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  Structure B is located at the North end of this hill-top site, bordering the North Plaza. The famous "Battle Mural" is located below the porticos of this building on either side of its central staircase. The murals were therefore on the outside of this structure, and were meant to be viewed by those standing in the North Plaza.
  The "Battle Mural" is a possible misnomer for this bloody scene. While it may at first seem like a battle, with the Jaguar Warriors slaughtering the Eagle Warriors, the scene is actually one of sacrifice. The vanquished Eagle Warriors are mostly naked and relatively unarmed. This is probably a scene depicting the sacrifice which followed a great battle. Click on the picture to view the mural in a sequence from left to right (west to east).
  These murals decorate either side of a large doorway into Building A. They depict two elite figures dressed in Eagle and Jaguar costumes. The man dressed as a bird stands on a feathered serpent and carries a large serpent bar. Follow the link at the bottom of the next page to view the man dressed as a jaguar, who stands upon an elongated jaguar body. They both are surrounded by water imagery, and may be named in a style typical of Central Mexico.
  Stair mural from the Red Temple. This scene depicts an old merchant (possibly dressed as the Maya God L, god of the underworld and closely associated with merchants) who has set down his backpack. His name is painted above his right hand as "4 Deer", written in a style typical of Central Mexico. The man wears a Jaguar headdress, has a jaguarian face, and has paws for feet and hands. He stands upon a feathered serpent body, which is in turn upon a band filled with water imagery. Up the "hill" or stairs, there are mature cacoa and maize plants. The ears of corn are depicted as human heads. A toad is depicted half-way up the hill.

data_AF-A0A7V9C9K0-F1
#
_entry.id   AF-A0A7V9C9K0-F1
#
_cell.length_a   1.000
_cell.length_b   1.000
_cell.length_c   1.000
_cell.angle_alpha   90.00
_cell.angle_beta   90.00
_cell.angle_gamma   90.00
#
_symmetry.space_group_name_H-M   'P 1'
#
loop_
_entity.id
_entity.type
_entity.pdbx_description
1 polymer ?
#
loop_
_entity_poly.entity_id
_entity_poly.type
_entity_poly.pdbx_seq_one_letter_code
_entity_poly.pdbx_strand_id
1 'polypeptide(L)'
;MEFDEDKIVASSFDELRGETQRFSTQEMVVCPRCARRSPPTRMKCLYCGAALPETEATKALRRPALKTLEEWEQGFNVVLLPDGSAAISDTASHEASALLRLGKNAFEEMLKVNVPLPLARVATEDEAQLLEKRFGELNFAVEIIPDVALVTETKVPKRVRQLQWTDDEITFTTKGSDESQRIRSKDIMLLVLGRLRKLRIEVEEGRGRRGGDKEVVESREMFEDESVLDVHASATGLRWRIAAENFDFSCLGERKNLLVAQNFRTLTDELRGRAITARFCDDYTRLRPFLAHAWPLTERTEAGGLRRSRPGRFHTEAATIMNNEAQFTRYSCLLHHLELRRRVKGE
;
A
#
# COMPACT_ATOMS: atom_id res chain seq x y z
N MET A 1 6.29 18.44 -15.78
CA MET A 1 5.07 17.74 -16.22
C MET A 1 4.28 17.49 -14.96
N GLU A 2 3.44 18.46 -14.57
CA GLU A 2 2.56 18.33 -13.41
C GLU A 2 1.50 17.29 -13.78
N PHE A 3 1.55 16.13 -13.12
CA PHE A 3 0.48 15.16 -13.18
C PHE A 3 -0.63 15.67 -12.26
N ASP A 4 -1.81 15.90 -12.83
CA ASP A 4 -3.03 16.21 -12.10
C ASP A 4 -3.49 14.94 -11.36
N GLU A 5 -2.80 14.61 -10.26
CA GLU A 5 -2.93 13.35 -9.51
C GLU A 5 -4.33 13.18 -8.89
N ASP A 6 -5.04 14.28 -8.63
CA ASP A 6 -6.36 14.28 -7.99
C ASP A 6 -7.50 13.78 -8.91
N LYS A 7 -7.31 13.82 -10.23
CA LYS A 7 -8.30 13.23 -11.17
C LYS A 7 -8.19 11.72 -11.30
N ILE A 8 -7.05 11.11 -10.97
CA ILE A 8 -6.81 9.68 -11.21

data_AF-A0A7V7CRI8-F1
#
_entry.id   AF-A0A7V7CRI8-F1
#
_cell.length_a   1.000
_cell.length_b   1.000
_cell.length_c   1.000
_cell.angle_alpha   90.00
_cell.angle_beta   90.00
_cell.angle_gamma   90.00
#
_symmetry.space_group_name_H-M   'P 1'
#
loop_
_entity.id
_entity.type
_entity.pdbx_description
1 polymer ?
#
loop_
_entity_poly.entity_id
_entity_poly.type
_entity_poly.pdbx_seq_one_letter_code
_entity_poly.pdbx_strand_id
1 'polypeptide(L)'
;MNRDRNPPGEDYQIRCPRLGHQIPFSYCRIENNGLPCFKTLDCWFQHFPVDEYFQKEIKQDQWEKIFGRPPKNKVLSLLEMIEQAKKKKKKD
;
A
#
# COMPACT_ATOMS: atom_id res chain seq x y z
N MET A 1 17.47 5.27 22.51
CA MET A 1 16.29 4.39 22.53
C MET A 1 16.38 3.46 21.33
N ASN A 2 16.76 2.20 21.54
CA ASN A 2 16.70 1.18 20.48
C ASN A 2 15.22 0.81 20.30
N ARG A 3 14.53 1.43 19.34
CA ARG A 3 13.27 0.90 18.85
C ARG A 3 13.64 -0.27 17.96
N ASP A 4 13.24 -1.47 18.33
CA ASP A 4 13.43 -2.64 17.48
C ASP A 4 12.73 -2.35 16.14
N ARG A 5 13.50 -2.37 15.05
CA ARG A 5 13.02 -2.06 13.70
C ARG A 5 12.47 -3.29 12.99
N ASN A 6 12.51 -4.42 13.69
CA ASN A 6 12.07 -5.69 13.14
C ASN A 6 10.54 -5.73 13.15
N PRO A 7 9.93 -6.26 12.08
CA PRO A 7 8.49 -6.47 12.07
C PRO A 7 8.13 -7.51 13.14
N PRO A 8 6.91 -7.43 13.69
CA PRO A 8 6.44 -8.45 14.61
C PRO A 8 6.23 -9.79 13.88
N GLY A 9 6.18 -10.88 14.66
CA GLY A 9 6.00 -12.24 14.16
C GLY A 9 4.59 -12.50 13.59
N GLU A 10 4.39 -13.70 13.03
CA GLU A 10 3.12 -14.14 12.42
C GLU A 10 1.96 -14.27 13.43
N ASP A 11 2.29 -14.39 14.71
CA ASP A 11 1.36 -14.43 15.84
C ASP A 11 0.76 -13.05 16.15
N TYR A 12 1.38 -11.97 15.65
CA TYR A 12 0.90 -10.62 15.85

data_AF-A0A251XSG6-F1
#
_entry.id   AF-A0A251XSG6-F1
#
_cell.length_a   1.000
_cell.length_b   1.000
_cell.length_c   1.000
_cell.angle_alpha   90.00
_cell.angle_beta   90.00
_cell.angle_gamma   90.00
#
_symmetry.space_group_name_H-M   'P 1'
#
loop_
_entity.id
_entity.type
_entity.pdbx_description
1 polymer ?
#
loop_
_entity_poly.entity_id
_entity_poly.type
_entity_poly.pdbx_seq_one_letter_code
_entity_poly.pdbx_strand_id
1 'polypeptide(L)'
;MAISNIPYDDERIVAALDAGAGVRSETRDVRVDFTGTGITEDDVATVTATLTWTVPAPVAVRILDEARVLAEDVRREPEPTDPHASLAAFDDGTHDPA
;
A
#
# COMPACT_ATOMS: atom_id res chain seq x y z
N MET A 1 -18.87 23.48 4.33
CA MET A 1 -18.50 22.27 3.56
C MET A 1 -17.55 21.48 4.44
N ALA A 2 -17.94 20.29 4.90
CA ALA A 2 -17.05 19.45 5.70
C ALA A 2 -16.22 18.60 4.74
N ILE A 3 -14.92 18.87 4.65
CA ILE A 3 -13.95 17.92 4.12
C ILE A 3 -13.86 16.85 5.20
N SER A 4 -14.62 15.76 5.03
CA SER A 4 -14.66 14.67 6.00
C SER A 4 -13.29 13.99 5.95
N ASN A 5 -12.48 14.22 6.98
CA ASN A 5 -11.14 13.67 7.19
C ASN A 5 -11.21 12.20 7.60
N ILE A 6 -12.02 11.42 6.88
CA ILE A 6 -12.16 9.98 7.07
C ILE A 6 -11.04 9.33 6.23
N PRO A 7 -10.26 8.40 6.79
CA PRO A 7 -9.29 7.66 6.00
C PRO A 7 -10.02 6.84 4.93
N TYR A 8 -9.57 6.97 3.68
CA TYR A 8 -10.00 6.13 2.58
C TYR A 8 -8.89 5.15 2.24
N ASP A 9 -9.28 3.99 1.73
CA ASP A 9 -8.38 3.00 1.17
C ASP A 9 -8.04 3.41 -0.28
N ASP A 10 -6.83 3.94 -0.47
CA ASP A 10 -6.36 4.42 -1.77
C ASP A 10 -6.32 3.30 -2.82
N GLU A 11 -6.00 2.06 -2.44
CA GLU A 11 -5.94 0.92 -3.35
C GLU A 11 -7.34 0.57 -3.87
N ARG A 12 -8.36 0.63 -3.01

There is more to Cacaxtla than just the beautiful murals. Here archaeologists have found rabbit pens, proof of the diet which was available to the elite who lived at the hill's summit.
  This cuexcomate is hundreds of years old, but this style of granery is still used by some farmers in the region today. The entire exterior is covered with daub which prevented pests from reaching the season's harvest, and the top is capped by a ceramic "lid".
  If you ever find yourself at the archaeological site of Cacaxtla, take a walk around the Great Platform. This partially artificial summit contains layers upon layers of prehistoric occupations. In this profile you can see three plaster prepared floors which were uncovered when a road was cut, I assume to allow locals to pass by the archaeological site.